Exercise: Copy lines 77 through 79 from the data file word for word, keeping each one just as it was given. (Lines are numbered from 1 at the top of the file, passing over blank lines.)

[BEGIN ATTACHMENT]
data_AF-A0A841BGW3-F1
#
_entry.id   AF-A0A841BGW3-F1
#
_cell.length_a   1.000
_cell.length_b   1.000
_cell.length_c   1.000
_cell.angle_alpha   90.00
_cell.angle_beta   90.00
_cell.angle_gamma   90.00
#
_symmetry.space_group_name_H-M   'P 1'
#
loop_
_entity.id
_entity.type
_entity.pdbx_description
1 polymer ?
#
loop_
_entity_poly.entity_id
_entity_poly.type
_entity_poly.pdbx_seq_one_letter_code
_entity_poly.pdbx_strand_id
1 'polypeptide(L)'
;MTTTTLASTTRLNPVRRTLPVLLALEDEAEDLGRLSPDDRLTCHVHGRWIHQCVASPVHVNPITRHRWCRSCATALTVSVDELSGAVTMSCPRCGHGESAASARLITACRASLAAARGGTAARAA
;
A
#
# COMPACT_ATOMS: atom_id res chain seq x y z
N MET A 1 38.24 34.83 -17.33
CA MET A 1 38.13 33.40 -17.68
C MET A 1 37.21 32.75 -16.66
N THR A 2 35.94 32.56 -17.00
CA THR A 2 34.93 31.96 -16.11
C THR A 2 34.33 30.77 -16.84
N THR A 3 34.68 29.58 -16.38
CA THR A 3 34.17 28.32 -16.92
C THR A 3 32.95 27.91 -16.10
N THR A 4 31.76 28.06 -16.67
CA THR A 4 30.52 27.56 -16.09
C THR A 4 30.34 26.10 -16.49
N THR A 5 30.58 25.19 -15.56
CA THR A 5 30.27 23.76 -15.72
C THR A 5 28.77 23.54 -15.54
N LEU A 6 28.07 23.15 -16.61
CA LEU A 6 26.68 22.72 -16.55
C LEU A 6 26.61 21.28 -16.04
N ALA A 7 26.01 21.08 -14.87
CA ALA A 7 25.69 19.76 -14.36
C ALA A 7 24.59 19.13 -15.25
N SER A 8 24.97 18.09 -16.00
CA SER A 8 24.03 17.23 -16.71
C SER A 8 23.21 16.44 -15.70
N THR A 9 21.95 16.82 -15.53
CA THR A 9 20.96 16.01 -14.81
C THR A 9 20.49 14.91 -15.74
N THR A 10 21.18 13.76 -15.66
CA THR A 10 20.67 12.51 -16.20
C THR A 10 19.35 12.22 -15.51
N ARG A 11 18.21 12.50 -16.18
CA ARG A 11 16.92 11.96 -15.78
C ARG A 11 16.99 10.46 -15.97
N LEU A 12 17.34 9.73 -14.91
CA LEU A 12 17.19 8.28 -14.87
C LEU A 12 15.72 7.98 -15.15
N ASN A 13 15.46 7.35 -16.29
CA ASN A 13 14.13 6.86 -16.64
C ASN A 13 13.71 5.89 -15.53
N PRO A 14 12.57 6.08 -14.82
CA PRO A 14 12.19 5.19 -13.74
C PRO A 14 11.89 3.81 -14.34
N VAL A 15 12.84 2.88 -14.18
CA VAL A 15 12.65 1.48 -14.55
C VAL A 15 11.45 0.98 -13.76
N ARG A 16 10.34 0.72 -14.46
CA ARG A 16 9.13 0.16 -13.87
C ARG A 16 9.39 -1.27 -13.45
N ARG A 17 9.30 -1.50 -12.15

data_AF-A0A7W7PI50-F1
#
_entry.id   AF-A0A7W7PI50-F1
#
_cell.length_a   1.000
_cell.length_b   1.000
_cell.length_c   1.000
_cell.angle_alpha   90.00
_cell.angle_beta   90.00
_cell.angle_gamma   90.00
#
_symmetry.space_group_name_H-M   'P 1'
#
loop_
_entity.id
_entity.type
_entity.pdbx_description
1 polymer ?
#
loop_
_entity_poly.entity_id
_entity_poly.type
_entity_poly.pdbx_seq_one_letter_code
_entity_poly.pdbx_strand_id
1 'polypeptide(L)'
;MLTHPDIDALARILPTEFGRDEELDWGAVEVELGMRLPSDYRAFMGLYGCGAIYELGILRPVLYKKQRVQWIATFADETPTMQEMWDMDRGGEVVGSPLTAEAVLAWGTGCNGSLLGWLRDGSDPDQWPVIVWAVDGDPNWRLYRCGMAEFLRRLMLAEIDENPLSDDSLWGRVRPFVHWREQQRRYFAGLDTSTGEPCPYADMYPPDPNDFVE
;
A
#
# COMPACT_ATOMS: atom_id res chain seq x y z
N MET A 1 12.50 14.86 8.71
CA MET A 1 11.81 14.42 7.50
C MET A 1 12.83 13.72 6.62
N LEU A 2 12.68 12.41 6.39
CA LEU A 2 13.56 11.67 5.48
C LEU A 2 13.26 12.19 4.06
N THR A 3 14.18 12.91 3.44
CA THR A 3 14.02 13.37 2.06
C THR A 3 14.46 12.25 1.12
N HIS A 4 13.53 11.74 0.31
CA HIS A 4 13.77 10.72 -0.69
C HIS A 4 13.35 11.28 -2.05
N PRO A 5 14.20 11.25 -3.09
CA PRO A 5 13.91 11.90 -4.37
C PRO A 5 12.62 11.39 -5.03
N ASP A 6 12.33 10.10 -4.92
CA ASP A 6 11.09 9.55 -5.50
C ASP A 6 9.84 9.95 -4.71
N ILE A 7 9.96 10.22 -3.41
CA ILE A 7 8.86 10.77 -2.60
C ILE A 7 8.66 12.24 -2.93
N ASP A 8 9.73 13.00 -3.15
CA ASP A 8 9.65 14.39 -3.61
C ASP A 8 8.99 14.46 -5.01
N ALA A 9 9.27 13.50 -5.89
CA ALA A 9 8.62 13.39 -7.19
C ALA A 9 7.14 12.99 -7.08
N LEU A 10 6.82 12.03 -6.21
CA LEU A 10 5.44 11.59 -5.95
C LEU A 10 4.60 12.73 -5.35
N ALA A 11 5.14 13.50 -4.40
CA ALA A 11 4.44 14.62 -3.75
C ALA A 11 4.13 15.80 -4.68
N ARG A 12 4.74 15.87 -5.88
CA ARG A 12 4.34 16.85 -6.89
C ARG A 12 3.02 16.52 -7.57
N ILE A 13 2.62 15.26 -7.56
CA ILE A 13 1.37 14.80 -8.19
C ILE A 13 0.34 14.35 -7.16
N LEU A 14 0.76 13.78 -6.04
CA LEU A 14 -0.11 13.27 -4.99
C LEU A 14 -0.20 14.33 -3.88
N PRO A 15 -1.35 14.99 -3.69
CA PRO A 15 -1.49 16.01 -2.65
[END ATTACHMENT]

CA ARG A 16 9.13 0.16 -13.87
C ARG A 16 9.39 -1.27 -13.45
N ARG A 17 9.30 -1.50 -12.15